Hollowing clay sculpture ready for finishing and firing is necessary when you are making one-off pieces. Follow a few simple rules and hollowing clay sculpture should be a breeze.
Most of my own sculpts are not actually fired. They are taken by the various factories I work with and cast for production.
However, I have supervised the hollowing and firing of my students' pieces in the past, so I know a bit about it.
The most important rules are to try to hollow to an even thickness of around ½ an inch, and to allow to dry properly before firing.
Don't Be Intimidated
Also save all the intricate finishing details until after the piece is hollowed, as the hollowing process can result in a few dings.
I thought it best to enlist the specialist knowledge of U.S. artist Orly Nezer in order to properly present this hollowing clay sculpture page.
Her thing is to hollow and fire her pieces.
So I asked Orly to help put this page together.
The most important thing to note for anyone who hasn't done this before is not to be intimidated.
You simply work out where to slice your sculpt, so as to access the inside you want to hollow out. Then just go for it.
Don't Rush It
As usual my advice is to take your time and don't rush it. Take a few moments to get your brain in the right gear and then just carefully carry it out stage by stage.
"Bite sized chunks" is the best expression I know to explain how to go about any task which seems, on the face of it, daunting.
The clay must not be too soft, nor too hard, it must be just right. Just as Goldilocks would like it.
What Orly says is that the sculpt is ready to hollow when it is fully roughed out, and scaled, but not yet refined (the clay mustn’t be too soft - she lets it rest, covered, at least one day).
The sculpt is then put on a soft foam/sponge base (some people recommend a bag of sand). Orly then starts hollowing clay sculpture from the bottom of the base.
Use Your Loop/Cutter Tools
The sculpture is hollowed out using various loop/cutter tools.
REMEMBER! The walls of the sculpture should be around ½ an inch. Don't get too up-tight about measuring all the time. Just get a feel for it.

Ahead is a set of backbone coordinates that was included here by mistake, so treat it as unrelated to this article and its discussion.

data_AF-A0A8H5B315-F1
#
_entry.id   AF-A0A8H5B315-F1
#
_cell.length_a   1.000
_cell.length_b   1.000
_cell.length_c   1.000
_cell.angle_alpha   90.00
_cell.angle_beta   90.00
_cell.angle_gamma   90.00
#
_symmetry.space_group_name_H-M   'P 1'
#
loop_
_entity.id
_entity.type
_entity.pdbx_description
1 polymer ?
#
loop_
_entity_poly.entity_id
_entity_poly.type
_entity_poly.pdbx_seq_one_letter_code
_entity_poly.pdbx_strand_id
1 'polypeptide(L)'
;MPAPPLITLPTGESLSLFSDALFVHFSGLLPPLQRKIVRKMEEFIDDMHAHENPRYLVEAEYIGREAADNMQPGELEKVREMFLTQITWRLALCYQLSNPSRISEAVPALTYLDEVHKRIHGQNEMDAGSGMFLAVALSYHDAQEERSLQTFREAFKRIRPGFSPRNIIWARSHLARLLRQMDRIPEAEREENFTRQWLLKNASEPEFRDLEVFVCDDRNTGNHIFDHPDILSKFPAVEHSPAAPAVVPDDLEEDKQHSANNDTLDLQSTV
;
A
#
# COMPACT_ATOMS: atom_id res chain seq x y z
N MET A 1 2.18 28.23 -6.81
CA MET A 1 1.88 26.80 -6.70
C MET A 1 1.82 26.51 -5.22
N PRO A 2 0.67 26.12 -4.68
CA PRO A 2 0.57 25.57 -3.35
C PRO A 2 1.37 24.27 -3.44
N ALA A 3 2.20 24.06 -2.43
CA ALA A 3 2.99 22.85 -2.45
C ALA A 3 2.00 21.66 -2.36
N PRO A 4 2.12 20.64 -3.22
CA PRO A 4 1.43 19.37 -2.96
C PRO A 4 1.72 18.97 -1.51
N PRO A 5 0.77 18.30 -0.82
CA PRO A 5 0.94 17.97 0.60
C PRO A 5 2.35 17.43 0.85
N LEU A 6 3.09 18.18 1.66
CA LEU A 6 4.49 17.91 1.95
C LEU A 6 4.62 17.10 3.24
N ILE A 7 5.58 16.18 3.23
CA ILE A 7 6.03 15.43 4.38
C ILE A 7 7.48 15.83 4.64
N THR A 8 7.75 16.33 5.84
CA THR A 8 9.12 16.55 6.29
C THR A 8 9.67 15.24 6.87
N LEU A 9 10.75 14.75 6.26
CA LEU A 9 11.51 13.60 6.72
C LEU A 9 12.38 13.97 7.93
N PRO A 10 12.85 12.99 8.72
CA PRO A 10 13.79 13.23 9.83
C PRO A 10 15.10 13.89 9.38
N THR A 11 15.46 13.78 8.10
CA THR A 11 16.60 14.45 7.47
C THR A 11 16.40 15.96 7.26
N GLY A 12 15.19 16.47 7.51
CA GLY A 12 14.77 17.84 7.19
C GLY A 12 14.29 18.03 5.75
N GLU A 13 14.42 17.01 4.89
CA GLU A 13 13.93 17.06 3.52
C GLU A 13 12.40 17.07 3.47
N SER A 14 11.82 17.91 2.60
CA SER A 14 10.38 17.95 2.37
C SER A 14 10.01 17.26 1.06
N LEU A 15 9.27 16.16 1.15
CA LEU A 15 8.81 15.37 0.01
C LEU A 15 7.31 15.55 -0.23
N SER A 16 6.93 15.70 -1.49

Walls that are too thin or too thick set up thermal stress points in the firing (especially where it goes from thick to thin).
Aslo try to ensure there are not locked air bubbles anywhere at this point.
Make Other Access Points As Necessary
If she needs to access other areas Orly makes a hole where appropriate.
Sometimes my recommendation would be to section and work with the piece off sculpt. Only the artist can decide - it depends on the piece.
Orly then scores the edges of the hole and applies Slip (clay and water mixed), then reseals, being careful not to create air pockets that will be sealed up when the piece is reassembled.
Once you have sliced and diced your sculpt. It should now be hollow - evened to about a ½ inch thickness (give or take).
You can now begin to tidy up any dinks and then do the final stage of the sculpt which is, of course, the final touches, details and finishing.
Once you have finished your clay sculpture, remember to allow enough time for it to dry thoroughly, but really slowly.
Start by drying inside the bag with just a bit of air circulating and then, over several days, gradually allow more and more air to circulate around the piece.
Once you take the bag off completely, please make sure the piece is totally dry before attempting to fire. And, similarly allow plenty of time for the piece to cool before removing from the kiln.
Any sudden change in temperature can induce thermal shock.
Photos courtesy of Orly Nezer.
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